Strait Talk with host Aisha-Aura Sbadus @suberker in Istanbul. My co-panelist was Tom Marzec-Manser @tmarzecmanser Head of Gas Analytics at @ICISOfficial

We discussed scenarios for how the EU energy crisis might go in a new Russian war against Ukraine, and the significance of USA President Biden designating Qatar as a “major non-NATO ally.”

In particular, we discussed how much could Qatari LNG be made available and what its impact would be alongside the massive US LNG deliveries so far this year.

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EU Energy Crisis: Germany & EU long ignored US warnings that Putin can weaponize gas, attack Ukraine – On David Foster’s Roundtable, London

26.01.2022. Experts Wahid Machram, market analyst in Dubai; Samuel Ramadi at Oxford University, UK. and TRT Roundtable host David Foster in London made important points. Here’s a key assessment I made.:

There is a new and growing asymmetry between the European Union and Russia in energy supplies – one increasingly favoring Moscow.

Europe has opened itself to energy blackmail. The present winter 2021-22 gas shortage and skyrocketing prices are only one part. There is also the real possibility of Putin cutting off the pipeline gas he is still supplying in the event that Europe, esp. Germany, opposes any Russian invasion of Ukraine.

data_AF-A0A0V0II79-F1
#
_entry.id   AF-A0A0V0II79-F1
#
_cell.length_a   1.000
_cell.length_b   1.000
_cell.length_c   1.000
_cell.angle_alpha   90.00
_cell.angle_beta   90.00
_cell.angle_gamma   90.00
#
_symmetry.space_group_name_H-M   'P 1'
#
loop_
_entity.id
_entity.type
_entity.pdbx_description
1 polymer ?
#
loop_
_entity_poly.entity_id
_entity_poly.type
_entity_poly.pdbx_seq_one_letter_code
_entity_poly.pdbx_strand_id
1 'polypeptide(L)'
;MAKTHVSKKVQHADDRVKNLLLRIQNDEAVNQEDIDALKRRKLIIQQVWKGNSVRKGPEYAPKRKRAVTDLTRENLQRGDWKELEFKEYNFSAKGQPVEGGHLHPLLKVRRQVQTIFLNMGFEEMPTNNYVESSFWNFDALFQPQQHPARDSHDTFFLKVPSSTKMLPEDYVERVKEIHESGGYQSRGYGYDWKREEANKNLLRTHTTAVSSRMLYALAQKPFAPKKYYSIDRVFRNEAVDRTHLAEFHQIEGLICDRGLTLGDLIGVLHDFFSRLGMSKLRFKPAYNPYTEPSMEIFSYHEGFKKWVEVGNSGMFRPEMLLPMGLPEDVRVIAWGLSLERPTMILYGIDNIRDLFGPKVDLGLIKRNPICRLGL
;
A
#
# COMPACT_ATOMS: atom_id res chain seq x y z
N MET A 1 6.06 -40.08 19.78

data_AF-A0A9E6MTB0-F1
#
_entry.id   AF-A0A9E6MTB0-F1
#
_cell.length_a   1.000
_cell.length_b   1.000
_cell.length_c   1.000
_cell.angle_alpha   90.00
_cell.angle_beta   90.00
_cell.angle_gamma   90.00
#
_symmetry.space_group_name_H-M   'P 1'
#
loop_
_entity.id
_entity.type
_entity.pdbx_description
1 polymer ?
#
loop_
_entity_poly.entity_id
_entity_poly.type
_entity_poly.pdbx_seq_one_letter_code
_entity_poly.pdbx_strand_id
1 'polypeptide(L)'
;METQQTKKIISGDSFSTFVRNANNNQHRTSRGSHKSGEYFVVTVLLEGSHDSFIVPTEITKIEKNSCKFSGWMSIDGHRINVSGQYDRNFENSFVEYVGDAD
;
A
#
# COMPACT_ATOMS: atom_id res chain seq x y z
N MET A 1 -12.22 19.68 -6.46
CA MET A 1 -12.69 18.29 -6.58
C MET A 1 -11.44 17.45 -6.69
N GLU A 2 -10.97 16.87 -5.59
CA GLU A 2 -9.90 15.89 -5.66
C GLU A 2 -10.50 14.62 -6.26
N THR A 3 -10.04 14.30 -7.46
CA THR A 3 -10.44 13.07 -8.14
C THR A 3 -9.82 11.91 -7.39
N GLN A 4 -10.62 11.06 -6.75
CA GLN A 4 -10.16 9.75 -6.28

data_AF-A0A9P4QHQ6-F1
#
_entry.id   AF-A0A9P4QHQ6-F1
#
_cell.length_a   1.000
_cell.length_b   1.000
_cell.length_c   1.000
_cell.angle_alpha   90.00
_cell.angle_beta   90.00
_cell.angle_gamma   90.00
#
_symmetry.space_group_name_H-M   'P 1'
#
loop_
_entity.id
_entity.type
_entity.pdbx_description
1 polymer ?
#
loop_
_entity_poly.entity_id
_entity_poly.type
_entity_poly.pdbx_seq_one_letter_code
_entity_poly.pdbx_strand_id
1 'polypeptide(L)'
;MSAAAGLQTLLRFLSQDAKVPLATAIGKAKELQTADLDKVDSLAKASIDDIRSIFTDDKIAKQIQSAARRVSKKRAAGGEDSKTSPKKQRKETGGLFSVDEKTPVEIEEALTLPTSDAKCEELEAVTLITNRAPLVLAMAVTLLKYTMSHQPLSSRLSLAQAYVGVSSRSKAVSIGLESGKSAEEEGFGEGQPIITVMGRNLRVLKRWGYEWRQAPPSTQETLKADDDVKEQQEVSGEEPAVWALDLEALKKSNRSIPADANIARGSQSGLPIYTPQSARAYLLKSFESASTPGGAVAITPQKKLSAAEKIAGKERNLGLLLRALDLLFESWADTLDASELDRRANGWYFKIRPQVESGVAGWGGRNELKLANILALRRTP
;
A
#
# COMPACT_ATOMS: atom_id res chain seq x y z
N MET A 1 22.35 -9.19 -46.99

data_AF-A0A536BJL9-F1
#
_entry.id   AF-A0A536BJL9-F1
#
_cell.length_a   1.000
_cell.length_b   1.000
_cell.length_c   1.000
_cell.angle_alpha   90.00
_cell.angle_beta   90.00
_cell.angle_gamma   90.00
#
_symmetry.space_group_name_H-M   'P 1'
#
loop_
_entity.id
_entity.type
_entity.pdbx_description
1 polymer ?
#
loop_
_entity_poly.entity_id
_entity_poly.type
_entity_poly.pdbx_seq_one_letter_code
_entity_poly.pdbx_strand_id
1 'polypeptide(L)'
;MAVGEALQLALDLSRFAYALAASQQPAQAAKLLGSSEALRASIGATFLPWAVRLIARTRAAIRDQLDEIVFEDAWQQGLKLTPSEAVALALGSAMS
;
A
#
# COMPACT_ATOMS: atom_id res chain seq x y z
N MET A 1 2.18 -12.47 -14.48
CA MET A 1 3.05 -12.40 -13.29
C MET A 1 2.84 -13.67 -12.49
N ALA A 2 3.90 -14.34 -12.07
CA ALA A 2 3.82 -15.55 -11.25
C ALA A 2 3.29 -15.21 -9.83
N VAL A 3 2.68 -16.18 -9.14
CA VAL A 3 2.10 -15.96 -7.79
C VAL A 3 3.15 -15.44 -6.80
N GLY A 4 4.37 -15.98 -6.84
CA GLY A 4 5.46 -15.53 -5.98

About the new EU-Russia growing energy asymmetry:

  • On the demand side, Germany and Europe generally increasingly need natural gas, and are growing more dependent on Russian supplies, contrary to the promises of rapid progress to a carbon-free future of the German Green Party and others. The EU, and especially Berlin, have adopted ideologically-determind, technologically unrealistic and expensive energy-transition policies, with little concern for energy-supply security. This has made Europe increasingly dependent on Russian gas imports – 40% at present of total gas imports,
  • Meanwhile, on the supply side, Russia, the major European supplier, is increasingly finding ways to diversify its gas customer base away from Europe, to the Far East, especially to China, and to Eurasia generally. It also has new outlets for its vast Arctic gas resources by converting it to LNG that can go by ship to anywhere in the world.
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Our TRT TV: Will Annalena Baerbock, Germany’s new Green Foreign Minister, be able/permitted to succeed?